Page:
Bromma Beating The Odds

Stockholm is one of the most environmentally conscious cities in the world, so how does its central Bromma Airport thrive? Airport Director Mona Glans lets Jessica Bannister-Pearce into the secret.

The BAE Systems Avro RJ’s of BRA Braathens Regional Aviation (formerly Malmö Aviation), fly out of Bromma, but are due for replacement soon. Swedavia/ Peter Phillips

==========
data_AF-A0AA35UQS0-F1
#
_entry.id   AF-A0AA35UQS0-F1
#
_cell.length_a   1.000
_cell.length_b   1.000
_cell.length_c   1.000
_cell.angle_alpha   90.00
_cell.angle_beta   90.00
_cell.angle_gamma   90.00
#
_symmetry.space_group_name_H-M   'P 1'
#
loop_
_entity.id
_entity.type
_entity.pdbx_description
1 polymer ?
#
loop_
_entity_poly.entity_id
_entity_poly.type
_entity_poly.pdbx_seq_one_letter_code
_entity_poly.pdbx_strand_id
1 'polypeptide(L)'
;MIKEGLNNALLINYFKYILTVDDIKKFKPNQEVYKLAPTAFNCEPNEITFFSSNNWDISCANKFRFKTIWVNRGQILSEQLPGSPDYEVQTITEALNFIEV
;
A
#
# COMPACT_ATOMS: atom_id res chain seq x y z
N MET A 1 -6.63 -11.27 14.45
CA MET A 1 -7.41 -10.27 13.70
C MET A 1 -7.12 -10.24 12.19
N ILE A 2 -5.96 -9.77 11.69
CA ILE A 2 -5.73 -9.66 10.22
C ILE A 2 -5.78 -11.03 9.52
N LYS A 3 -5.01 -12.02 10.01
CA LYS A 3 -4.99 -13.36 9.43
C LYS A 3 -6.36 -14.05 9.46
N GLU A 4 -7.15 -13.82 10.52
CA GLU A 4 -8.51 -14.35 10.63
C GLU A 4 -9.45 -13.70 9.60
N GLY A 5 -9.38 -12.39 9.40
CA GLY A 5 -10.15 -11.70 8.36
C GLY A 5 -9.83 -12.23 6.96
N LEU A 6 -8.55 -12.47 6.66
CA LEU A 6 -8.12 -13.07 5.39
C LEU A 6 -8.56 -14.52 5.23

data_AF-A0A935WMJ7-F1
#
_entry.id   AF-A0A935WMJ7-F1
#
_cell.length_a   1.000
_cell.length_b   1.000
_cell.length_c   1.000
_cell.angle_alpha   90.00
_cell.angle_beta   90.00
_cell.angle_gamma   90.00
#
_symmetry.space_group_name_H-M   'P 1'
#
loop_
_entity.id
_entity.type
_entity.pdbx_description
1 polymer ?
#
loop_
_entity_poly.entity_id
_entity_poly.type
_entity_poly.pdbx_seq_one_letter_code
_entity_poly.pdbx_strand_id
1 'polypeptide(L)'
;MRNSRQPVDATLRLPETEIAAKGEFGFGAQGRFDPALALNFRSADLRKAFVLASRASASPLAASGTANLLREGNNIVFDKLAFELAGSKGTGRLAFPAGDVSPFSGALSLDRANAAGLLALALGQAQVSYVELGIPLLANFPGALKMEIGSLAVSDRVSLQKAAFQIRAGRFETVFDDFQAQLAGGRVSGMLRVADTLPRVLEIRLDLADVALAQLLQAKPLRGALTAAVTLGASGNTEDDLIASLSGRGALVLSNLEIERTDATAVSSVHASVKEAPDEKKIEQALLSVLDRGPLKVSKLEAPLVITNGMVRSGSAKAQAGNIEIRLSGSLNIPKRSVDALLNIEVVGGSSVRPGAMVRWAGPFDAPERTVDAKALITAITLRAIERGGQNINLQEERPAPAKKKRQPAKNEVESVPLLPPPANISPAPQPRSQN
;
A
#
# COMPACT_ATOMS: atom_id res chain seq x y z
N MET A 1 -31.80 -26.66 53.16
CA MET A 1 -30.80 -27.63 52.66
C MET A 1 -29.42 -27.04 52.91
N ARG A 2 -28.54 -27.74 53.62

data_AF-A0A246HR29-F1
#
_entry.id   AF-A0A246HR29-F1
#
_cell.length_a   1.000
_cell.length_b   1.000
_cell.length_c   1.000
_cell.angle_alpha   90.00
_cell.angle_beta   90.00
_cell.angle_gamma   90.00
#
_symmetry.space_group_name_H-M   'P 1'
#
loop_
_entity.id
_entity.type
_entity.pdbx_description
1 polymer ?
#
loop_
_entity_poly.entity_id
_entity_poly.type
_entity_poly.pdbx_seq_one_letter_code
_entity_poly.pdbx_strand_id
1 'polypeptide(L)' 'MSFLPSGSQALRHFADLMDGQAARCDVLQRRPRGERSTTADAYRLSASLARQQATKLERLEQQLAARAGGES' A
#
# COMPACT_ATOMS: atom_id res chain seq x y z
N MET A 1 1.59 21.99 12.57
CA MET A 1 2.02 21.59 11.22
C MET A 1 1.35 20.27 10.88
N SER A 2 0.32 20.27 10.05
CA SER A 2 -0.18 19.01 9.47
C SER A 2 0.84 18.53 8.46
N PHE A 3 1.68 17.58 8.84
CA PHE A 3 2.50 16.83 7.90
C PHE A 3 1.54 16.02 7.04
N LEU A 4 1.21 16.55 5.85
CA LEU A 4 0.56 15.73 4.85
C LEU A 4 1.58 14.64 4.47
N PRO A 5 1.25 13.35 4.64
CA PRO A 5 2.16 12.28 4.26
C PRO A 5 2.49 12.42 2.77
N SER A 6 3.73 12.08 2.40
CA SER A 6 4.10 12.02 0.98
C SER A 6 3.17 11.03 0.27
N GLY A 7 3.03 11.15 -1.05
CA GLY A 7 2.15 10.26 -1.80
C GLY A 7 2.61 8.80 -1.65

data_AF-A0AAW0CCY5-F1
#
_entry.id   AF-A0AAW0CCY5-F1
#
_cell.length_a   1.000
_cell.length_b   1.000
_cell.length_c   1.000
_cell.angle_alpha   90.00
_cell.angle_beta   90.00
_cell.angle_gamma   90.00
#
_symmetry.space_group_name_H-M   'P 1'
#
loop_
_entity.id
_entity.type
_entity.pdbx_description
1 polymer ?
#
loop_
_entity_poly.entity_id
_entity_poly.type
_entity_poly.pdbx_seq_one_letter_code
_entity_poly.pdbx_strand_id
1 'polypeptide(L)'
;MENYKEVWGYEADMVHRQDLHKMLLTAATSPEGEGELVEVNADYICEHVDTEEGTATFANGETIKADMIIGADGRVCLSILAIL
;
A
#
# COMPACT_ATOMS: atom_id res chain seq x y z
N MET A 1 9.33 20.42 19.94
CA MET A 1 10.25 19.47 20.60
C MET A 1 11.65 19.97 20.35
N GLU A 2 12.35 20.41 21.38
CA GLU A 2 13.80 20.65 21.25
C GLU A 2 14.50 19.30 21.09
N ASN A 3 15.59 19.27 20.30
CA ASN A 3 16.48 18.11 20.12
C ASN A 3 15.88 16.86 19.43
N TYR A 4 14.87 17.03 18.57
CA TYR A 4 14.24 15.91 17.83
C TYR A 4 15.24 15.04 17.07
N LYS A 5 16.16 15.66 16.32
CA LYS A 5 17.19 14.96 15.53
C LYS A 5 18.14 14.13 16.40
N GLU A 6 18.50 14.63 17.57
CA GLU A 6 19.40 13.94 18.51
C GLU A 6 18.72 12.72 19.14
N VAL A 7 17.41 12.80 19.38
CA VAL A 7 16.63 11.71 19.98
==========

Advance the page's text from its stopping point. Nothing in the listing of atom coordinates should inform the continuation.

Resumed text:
Environmental concerns can threaten the life of city airports operating cheek-by-jowl with the many thousands of people going about their day-to-day lives. Residents are likely to object to the noise and pollution around their homes and may seek to severely curtail aircraft movements, or even campaign for a total closure. City airports often owe their existence to history and location, rather than a carefully considered plan. Sweden’s Stockholm Bromma Airport, 5.5 miles (9km) from the city centre, is a good example. When King Gustav V opened the airfield in 1936 it was in a relatively rural location. Stockholm has expanded over the last 80 years and now there are houses all around. History The airport is one of the oldest in the country and was the first in Europe to have a paved runway. Originally, flights were sparse and mostly local in nature.

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